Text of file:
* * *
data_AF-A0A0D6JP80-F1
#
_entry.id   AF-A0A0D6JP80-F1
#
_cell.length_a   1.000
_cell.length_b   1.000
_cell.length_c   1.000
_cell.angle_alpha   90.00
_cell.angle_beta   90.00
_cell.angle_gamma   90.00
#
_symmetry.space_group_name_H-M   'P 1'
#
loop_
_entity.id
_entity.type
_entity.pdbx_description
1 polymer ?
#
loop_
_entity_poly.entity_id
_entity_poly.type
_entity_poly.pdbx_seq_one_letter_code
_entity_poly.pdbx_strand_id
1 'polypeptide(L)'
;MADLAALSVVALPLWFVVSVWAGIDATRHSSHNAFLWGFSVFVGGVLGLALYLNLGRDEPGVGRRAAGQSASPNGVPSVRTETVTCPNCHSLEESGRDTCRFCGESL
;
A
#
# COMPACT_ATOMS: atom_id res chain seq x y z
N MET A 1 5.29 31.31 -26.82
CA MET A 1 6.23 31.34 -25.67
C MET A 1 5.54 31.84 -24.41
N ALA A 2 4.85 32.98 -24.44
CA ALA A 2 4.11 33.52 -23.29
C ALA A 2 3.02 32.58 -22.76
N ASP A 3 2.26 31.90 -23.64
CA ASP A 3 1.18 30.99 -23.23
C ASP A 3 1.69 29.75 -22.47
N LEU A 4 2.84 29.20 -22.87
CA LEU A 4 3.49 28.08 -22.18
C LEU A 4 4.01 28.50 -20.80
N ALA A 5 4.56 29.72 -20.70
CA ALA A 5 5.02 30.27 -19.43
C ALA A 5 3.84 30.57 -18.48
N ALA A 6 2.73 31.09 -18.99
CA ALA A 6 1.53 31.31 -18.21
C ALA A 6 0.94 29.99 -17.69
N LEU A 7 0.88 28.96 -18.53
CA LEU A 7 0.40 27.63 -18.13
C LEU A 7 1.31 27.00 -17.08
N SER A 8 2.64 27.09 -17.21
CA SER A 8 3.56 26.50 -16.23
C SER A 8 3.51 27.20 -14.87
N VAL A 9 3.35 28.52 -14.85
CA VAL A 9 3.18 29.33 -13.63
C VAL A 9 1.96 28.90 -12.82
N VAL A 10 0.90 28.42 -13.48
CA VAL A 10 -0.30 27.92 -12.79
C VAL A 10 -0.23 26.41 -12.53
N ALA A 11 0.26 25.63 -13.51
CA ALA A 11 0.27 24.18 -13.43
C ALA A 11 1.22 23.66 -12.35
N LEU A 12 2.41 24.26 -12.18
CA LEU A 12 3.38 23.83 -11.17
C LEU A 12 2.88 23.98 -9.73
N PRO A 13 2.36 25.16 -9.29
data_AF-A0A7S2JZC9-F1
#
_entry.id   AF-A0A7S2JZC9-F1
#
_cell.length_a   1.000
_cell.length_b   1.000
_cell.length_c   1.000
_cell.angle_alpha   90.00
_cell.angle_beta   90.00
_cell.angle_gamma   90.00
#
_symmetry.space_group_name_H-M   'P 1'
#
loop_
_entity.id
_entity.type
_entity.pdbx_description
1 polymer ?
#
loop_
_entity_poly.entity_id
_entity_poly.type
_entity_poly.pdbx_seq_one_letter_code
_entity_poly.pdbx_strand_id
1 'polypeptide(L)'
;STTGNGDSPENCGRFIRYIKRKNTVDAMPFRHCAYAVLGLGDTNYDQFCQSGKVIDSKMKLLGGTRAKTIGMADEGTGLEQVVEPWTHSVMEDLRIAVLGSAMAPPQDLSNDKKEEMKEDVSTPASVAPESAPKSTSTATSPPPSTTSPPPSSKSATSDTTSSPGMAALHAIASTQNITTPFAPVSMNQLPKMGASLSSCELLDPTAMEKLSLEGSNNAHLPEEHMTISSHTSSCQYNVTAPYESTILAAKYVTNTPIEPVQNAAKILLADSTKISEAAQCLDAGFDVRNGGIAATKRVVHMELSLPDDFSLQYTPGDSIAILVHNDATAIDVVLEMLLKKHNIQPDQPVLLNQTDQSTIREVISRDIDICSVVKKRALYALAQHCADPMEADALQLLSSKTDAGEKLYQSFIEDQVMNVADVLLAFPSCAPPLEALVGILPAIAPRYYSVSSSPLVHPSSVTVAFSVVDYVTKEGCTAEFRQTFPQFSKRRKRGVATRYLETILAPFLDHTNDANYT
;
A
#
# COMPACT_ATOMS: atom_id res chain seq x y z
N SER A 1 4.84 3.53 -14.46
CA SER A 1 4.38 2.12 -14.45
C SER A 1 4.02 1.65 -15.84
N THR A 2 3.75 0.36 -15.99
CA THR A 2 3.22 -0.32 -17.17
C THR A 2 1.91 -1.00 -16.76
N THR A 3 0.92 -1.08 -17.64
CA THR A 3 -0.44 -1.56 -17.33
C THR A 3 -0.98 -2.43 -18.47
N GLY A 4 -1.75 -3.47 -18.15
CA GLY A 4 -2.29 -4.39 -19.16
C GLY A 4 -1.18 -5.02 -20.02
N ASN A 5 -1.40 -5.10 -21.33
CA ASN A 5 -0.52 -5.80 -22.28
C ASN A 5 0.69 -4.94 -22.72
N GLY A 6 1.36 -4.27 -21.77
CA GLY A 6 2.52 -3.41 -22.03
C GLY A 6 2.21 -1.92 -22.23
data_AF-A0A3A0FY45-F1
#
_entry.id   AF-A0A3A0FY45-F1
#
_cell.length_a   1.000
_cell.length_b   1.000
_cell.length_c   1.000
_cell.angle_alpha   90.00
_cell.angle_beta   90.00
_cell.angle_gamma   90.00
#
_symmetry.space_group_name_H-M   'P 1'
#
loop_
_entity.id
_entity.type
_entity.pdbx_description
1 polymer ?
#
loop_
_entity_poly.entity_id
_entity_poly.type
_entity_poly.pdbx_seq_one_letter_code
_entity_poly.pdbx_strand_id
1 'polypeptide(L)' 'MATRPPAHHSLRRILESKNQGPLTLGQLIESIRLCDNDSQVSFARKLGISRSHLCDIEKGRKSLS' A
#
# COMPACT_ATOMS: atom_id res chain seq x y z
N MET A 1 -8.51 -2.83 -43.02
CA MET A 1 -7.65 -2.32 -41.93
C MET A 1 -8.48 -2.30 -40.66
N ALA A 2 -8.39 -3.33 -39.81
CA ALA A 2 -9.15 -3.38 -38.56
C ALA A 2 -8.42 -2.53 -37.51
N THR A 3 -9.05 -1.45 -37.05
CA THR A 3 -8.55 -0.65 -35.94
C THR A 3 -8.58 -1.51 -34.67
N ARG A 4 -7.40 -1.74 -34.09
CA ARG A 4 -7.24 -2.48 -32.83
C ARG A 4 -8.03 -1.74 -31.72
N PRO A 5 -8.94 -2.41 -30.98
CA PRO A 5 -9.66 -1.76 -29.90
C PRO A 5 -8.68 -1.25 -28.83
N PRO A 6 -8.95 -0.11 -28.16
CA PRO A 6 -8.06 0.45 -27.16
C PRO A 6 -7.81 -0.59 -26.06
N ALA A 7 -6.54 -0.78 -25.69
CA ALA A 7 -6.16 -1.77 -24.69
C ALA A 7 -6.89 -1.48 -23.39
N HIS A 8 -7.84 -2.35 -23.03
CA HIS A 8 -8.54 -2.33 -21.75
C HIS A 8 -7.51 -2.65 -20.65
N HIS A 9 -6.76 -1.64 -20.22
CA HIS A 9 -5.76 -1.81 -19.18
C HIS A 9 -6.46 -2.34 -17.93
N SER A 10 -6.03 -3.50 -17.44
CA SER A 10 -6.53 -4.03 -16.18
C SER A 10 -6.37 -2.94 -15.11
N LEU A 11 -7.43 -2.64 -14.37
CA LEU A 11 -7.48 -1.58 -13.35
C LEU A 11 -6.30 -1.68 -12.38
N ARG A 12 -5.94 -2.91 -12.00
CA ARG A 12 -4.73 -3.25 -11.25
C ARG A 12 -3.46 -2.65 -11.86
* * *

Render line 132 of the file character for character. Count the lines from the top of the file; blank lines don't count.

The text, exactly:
_entity.pdbx_description